Vikings stadium: Architect ready for challenges
John M. Hutchings has designed some beautiful new football stadiums. He was in the Metrodome this past Sunday and he did admit it had one certain charm.
"It was very loud," he said.
Hutchings is the head architect in charge of the design for the new Minnesota Vikings stadium. In recent years he has designed state-of-the-art football stadiums in Dallas and Indianapolis, which have been the sites of the past two Super Bowls.
Minnesota's new facility will be a multi-purpose stadium, much like the Metrodome. But Hutchings, who works for the firm HKS, wants the new stadium to look good and sound good. Retaining a high sound quality can be good for concerts, but can retract from the noise of a football crowd. That is part of Hutchings' challenge as he braces for the task of designing the stadium.
"We expect those challenges," Hutchings said.
As of now the $975 million stadium will be a permanent roof facility. The Vikings are expected to decide in the near future if they want to pay the extra cost to add a retractable dome. Hutchings said the multi-purpose facility will be able to attract more than 200 events a year.
"For the state that was a big factor," said Michele Kelm-Helgen, the chair of the Minnesota Sports Facility Authority, who was also in Rochester on Tuesday.
Hutchings was in Rochester as part of a public form, getting a handle on what fans would like to see in or as part of in the new stadium.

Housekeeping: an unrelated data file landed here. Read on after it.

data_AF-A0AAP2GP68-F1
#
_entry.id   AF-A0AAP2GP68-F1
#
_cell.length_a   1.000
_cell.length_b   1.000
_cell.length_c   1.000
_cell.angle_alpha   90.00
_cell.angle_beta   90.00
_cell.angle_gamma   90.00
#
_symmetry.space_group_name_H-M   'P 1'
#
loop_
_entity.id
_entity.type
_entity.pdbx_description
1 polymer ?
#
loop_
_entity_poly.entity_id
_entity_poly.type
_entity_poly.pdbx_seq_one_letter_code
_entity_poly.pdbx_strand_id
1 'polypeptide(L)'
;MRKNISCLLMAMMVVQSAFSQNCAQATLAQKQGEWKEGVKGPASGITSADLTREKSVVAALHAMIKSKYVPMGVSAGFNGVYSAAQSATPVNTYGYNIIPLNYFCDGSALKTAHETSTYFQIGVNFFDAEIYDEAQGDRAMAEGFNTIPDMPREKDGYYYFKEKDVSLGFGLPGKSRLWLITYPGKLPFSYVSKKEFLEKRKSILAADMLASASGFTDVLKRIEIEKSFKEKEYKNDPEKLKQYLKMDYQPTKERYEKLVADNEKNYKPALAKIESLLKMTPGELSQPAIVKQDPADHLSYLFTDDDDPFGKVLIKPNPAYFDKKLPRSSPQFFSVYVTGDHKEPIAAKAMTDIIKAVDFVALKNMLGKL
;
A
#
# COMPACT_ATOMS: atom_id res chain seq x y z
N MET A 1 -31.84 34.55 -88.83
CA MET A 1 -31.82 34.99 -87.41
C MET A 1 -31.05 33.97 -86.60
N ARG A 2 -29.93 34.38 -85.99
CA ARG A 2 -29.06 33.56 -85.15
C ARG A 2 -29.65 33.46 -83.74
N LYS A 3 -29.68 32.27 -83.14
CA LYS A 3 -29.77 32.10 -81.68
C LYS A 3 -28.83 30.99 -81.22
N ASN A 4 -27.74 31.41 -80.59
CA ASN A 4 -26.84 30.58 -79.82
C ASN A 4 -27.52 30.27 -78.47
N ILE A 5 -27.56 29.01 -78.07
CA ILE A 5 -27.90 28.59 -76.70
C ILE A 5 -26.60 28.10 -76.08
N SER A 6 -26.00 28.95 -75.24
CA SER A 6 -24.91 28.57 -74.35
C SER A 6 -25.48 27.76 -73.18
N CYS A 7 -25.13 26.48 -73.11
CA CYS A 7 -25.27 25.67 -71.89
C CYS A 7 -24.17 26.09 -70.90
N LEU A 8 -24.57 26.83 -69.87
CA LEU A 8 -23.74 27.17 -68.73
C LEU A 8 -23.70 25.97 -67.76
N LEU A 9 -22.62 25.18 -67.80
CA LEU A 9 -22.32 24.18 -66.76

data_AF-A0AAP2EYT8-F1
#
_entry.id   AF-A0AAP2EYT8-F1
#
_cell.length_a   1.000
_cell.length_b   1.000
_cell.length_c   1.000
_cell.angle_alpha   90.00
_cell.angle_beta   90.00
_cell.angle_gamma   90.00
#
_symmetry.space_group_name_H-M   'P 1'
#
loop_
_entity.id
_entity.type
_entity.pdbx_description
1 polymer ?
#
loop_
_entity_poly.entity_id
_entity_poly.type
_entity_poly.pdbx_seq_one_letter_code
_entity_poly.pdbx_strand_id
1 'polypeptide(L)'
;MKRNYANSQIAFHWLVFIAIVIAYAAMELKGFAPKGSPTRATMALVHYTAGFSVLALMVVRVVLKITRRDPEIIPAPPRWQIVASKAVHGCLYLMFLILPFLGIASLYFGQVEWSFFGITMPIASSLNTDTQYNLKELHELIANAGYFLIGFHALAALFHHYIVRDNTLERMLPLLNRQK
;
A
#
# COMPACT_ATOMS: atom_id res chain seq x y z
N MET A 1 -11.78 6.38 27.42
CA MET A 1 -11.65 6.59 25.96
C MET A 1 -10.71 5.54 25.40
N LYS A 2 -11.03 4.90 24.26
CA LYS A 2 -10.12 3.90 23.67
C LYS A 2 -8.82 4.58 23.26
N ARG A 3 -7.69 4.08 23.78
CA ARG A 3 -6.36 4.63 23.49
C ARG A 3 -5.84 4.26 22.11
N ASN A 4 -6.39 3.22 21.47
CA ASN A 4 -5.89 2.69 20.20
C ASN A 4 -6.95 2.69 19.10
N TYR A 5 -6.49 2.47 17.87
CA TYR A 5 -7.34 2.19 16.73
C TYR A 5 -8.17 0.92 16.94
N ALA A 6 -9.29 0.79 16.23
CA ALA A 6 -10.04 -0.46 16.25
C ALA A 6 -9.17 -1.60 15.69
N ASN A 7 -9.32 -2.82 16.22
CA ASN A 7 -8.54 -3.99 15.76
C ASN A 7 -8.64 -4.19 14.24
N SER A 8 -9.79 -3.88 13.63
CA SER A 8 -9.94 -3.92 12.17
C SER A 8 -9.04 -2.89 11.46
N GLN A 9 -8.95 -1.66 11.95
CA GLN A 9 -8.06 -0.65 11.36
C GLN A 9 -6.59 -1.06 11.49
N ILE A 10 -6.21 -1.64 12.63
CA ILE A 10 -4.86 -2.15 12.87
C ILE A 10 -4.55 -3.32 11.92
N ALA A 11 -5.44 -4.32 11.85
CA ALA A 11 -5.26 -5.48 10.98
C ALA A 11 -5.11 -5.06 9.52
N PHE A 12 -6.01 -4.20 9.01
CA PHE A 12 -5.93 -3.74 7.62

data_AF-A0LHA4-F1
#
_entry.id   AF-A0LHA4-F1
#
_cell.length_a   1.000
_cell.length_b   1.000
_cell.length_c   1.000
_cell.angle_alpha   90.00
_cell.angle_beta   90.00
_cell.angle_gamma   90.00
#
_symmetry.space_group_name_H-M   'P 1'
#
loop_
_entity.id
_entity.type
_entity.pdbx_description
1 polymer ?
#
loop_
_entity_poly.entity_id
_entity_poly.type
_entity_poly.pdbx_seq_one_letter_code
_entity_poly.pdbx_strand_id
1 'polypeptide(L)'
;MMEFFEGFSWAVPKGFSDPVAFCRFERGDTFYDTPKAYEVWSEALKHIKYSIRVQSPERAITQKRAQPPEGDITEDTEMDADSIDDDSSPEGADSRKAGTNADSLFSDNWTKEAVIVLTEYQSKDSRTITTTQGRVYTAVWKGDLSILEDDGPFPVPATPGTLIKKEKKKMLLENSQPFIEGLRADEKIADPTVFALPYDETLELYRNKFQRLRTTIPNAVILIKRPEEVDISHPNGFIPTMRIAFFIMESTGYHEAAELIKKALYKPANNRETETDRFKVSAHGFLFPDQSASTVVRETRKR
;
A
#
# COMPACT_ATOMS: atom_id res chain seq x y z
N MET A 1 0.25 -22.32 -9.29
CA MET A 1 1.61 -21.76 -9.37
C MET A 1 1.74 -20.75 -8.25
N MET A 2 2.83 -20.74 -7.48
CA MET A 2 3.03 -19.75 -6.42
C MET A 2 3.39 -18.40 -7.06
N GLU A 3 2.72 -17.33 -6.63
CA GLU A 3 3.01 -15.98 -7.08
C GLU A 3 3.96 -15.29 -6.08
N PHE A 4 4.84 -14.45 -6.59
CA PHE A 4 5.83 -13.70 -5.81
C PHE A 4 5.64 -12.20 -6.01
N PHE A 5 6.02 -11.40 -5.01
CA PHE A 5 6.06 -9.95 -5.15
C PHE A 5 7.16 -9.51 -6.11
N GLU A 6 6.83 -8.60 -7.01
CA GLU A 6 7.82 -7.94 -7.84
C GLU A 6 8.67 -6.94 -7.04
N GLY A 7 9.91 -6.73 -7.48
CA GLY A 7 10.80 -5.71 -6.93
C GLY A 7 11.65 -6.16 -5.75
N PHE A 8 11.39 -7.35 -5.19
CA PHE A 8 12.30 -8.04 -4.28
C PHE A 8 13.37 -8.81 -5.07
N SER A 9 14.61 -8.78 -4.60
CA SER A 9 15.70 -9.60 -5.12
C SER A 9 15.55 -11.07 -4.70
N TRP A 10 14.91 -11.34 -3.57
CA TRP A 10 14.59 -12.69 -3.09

The stadium is expected to include shops on the inside, a place for Vikings lore, possible fan interaction attractions and more.
"It will be a fun process here," Hutchings said.
The stadium is expected to hold 65,000 fans for Vikings games. But like Lucas Oil Stadium in Indianapolis, Hutchings will design the stadium with room for another 7,000 to 8,000 fans for an event like the Super Bowl. A Super Bowl would also be able to accommodate 2,500 media members.
The narrow concourses of the Metrodome will also be a thing of the past.
"It will be modern," Hutchings promises. He also notes "it will be a green stadium."
Aside from the two football locker rooms, up to four other locker rooms are expected for such possible events as NCAA Tournament basketball games. The Metrodome has been the site of a Final Four.
Hutchings and his team have plenty of work to do in the coming months. The plan is have the complete design of the stadium ready for the public to look at in March. Then the hard part begins, construction.
"We have an aggressive schedule," Hutchings said.
Hutchings said the stadium will be ready in time for the start of the 2016 season. Kelm-Helgen estimated about 7,500 workers will help construct the stadium, with most employees residing from Minnesota.
"The focus is on local Minnesota business and local economic benefit," Kelm-Helgen said.
Hutchings said many of the materials used in the stadium will be from Minnesota. He is also looking for possible ways to incorporate state resources into the facility, much like the Twins had limestone from Minnesota used at Target Field.
"It really focuses on using in-state products," Kelm-Helgen said.